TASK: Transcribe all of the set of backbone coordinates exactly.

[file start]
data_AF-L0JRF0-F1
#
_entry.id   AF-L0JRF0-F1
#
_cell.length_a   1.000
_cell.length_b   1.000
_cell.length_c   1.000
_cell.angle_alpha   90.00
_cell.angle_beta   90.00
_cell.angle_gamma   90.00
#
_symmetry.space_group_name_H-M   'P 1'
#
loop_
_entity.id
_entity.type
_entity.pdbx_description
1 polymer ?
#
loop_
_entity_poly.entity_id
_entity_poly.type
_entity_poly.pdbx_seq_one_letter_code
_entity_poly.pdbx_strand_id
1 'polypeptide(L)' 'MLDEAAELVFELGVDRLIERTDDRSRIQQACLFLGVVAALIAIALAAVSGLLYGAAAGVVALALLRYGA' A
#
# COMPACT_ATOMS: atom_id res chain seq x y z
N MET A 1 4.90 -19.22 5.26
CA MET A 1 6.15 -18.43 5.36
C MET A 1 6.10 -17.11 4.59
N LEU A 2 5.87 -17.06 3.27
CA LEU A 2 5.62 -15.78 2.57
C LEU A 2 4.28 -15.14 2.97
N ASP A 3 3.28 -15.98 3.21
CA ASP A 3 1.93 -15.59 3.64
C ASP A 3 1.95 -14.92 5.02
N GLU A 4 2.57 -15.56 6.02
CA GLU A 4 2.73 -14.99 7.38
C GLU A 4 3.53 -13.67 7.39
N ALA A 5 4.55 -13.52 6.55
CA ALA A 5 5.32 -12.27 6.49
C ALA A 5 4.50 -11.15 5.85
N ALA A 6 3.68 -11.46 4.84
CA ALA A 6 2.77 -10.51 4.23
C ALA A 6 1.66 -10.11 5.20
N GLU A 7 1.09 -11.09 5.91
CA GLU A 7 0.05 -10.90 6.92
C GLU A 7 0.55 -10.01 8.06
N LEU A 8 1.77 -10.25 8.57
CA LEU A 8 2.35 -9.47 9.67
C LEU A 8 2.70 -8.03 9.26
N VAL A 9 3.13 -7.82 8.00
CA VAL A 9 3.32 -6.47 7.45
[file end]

data_AF-L0JRF0-F1
#
_entry.id   AF-L0JRF0-F1
#
_cell.length_a   1.000
_cell.length_b   1.000
_cell.length_c   1.000
_cell.angle_alpha   90.00
_cell.angle_beta   90.00
_cell.angle_gamma   90.00
#
_symmetry.space_group_name_H-M   'P 1'
#
loop_
_entity.id
_entity.type
_entity.pdbx_description
1 polymer ?
#
loop_
_entity_poly.entity_id
_entity_poly.type
_entity_poly.pdbx_seq_one_letter_code
_entity_poly.pdbx_strand_id
1 'polypeptide(L)' 'MLDEAAELVFELGVDRLIERTDDRSRIQQACLFLGVVAALIAIALAAVSGLLYGAAAGVVALALLRYGA' A
#
# COMPACT_ATOMS: atom_id res chain seq x y z
N MET A 1 4.90 -19.22 5.26
CA MET A 1 6.15 -18.43 5.36
C MET A 1 6.10 -17.11 4.59
N LEU A 2 5.87 -17.06 3.27
CA LEU A 2 5.62 -15.78 2.57
C LEU A 2 4.28 -15.14 2.97
N ASP A 3 3.28 -15.98 3.21
CA ASP A 3 1.93 -15.59 3.64
C ASP A 3 1.95 -14.92 5.02
N GLU A 4 2.57 -15.56 6.02
CA GLU A 4 2.73 -14.99 7.38
C GLU A 4 3.53 -13.67 7.39
N ALA A 5 4.55 -13.52 6.55
CA ALA A 5 5.32 -12.27 6.49
C ALA A 5 4.50 -11.15 5.85
N ALA A 6 3.68 -11.46 4.84
CA ALA A 6 2.77 -10.51 4.23
C ALA A 6 1.66 -10.11 5.20
N GLU A 7 1.09 -11.09 5.91
CA GLU A 7 0.05 -10.90 6.92
C GLU A 7 0.55 -10.01 8.06
N LEU A 8 1.77 -10.25 8.57
CA LEU A 8 2.35 -9.47 9.67
C LEU A 8 2.70 -8.03 9.26
N VAL A 9 3.13 -7.82 8.00
CA VAL A 9 3.32 -6.47 7.45